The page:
He also remains with us. If we fall into sin, He convicts us until we return with humble repentance and believe in the Gospel that saves us. If we are weak, He sighs to the Father from within us that He would not let us fall. He keeps us in the faith until we come into the glory that Jesus came into after He had suffered a little while—the glory of being seated at the Father’s right hand and reigning with Him. The Helper testifies that that glory is already ours, and that in a little while we and all the world will see it.
Alleluia! Christ is risen!
Soli Deo Gloria
Wednesday after Misericordias Domini
St. Peter Lutheran Church
St. John 10:11-16
April 14, 2016
Hirelings and Pastors
Alleluia! Christ is risen!
How many sermons that you’ve heard in your life can you actually remember? I heard lots of sermons and lots of preachers at seminary. I thought some of them were very good preachers, but I can’t remember what any of them said in any of their sermons. In the time I spent thinking about it, I could remember something that was said in about six sermons. Six. Out of however many hundred I’ve heard in my life—and of these I remembered maybe a sentence or a phrase, or even a couple of words.
But as I sat down to write, bits of two sermons immediately came to mind. They were both, I think, from sermons on Jesus as the Good Shepherd.
One was from the pastor who confirmed me. I thought very highly of him, but I don’t remember anything he preached, except one time he told an interesting fact about shepherds, which may or may not be true.
He said that when a sheep would wander away too much, the shepherd would break its leg. Then he would carry it around on his shoulders until its leg healed. Then the sheep would grow attached to the shepherd from being carried around on his shoulders for so long and not wander away anymore.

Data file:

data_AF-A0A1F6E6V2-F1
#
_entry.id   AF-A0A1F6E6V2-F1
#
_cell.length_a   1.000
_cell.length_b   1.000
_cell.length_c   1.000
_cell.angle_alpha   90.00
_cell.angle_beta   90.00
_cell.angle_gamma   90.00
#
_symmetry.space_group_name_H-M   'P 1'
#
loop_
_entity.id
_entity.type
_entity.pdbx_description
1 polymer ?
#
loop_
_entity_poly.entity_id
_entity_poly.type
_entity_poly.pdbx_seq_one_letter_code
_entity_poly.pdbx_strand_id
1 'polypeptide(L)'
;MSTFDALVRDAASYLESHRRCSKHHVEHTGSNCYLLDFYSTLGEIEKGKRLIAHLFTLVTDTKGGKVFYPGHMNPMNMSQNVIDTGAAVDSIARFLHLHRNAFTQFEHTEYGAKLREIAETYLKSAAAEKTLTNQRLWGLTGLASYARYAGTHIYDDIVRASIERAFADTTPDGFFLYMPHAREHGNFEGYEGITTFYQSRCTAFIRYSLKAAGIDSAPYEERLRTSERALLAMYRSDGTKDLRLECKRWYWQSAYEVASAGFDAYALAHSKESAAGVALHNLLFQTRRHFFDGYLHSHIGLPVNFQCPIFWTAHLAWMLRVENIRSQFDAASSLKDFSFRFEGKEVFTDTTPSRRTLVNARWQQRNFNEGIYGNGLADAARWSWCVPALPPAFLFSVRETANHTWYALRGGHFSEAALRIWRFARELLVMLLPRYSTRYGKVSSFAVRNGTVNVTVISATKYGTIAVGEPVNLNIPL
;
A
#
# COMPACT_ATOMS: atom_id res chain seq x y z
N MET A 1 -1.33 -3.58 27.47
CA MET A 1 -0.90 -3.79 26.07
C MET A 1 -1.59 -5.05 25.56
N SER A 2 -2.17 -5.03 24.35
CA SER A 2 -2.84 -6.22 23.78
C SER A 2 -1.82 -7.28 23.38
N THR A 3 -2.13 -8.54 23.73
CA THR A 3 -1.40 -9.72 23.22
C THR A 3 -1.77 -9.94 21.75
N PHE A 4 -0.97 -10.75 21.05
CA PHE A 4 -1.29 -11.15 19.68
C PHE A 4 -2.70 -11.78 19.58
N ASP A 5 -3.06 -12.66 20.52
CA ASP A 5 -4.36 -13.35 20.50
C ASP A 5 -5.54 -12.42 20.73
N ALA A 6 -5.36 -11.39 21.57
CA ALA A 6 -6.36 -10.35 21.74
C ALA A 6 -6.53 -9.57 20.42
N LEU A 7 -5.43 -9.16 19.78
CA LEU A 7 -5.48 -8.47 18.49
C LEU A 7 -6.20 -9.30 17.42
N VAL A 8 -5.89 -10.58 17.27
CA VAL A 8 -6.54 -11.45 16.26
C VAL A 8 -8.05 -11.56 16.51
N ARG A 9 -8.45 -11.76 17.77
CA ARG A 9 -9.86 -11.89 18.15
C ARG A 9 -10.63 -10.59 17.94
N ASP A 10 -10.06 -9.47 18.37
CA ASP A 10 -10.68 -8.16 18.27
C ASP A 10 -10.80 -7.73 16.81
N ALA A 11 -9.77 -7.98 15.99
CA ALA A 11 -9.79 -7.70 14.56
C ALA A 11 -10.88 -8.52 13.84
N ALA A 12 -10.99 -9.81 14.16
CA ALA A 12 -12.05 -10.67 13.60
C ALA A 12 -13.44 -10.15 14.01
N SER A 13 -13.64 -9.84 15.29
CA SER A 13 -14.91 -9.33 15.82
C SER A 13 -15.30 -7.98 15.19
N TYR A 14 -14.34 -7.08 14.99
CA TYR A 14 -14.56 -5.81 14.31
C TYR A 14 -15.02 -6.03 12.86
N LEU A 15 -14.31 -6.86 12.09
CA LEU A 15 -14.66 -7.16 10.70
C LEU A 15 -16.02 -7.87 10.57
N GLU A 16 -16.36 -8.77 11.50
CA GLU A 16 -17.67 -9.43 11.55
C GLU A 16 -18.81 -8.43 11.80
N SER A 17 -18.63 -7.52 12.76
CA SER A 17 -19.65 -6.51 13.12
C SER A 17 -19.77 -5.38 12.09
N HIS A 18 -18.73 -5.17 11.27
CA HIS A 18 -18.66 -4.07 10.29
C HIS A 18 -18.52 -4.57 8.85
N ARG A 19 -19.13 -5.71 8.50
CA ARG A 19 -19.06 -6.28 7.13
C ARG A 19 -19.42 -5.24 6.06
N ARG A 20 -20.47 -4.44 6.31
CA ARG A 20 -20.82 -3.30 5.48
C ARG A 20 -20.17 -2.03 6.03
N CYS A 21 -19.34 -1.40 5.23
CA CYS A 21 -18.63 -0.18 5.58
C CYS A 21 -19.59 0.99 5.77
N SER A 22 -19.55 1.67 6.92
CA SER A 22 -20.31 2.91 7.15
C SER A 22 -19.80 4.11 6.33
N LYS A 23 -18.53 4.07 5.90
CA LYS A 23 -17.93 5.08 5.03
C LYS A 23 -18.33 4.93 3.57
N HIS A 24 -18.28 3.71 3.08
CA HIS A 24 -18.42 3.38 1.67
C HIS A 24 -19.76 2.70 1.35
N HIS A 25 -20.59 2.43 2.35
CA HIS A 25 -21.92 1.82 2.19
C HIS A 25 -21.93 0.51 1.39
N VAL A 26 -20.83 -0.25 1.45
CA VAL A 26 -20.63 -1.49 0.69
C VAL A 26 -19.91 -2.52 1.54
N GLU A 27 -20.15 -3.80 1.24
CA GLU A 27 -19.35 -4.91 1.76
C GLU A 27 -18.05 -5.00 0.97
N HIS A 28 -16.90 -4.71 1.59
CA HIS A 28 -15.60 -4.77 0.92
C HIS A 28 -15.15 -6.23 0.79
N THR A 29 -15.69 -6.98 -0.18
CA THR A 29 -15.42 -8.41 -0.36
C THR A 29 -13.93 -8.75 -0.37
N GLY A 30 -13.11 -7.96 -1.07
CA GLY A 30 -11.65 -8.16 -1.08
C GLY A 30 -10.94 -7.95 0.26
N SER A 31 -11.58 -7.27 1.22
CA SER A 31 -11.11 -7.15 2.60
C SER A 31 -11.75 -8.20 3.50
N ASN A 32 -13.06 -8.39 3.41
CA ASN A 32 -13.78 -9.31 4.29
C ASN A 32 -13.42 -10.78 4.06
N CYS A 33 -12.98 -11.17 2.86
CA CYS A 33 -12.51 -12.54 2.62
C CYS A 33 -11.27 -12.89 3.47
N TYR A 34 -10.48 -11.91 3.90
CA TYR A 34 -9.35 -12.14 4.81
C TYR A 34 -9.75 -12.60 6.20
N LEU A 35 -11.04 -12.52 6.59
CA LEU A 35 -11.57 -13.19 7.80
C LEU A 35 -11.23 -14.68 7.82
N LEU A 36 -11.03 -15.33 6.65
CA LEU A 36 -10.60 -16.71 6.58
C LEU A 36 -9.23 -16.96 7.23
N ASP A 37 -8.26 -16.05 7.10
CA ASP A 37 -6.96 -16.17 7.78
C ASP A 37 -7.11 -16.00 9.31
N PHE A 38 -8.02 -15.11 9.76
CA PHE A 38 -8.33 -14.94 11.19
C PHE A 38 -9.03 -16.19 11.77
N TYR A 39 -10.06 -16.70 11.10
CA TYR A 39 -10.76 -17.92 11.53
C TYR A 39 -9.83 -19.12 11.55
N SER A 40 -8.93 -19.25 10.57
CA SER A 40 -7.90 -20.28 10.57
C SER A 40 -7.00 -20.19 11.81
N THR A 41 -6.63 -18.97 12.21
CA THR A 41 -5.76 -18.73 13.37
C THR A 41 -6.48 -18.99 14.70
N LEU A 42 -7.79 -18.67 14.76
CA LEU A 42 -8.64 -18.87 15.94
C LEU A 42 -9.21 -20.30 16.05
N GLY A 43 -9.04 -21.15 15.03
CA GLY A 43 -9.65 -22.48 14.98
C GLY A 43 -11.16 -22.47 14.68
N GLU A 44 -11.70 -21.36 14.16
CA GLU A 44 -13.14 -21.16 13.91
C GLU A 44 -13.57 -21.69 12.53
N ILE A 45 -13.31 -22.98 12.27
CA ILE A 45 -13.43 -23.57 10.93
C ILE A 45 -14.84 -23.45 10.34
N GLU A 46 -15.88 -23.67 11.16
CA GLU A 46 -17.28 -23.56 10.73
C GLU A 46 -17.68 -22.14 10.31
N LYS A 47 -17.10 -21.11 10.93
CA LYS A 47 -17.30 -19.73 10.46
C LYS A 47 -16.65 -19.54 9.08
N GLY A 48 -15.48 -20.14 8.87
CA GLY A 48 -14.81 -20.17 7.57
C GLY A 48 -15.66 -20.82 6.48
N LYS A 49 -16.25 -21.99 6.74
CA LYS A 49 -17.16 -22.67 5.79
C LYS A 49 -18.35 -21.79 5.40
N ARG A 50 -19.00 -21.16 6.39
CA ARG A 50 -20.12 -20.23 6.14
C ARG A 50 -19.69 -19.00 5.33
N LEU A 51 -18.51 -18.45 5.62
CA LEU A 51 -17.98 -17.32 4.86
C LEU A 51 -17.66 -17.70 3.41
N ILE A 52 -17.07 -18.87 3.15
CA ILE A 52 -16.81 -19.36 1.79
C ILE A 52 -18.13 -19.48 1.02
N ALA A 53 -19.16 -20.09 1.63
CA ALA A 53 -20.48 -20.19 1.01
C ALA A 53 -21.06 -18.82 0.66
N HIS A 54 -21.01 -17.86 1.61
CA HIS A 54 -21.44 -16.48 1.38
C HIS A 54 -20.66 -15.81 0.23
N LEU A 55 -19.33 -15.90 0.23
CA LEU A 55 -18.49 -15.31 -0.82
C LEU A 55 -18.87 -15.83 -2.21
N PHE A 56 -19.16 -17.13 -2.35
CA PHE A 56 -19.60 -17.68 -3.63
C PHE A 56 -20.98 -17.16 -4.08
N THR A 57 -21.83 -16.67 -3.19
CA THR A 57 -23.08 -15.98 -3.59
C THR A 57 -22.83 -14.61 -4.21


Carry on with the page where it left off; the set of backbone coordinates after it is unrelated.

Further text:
The other sermon I remembered right away—and this one I probably remember better than any of the others I mentioned. It was preached in Marseilles, Illinois sometime in the last ten years.
All I remember was that the preacher said very bluntly to us, “You are the hirelings!”
The preacher was saying we were hirelings because we all, in various ways, run away and seek to save our own lives instead of giving them up for Christ’s holy flock, the Church.
It was interesting to me that both of the sermons I remembered most readily were about Jesus the Good Shepherd, and also that they were preached by men who are no longer in the office of shepherd.
(How I wandered, and Christ carried me on his shoulders. How the pastor’s catechesis stayed with me. And how I found the book he gave me when my conscience was troubled. And the book said:)
Things like this: “Anyone who is troubled on account of his sins is a fool for not promptly taking refuge with Christ and for imagining that his evil conscience is proof that he may not come to God. No, this is what the evil conscience indicates: You should come to Jesus; He will give you a cheerful conscience, causing you to praise God with a joyful heart…For what does it mean that Christ died for you? Accordingly, when you have committed this, that, or the other sin and are perplexed about a way out of your sin, do not try to make a way yourself. Go to Him who alone knows a way—go to Christ.—It is a remarkable statement of Luther, but certainly true, that we are to find peace by wholly despairing of our own works. When a poor sinner regards himself, he does despair; when He looks at Jesus, he is made confident.” (Walther, Law and Gospel, p.111)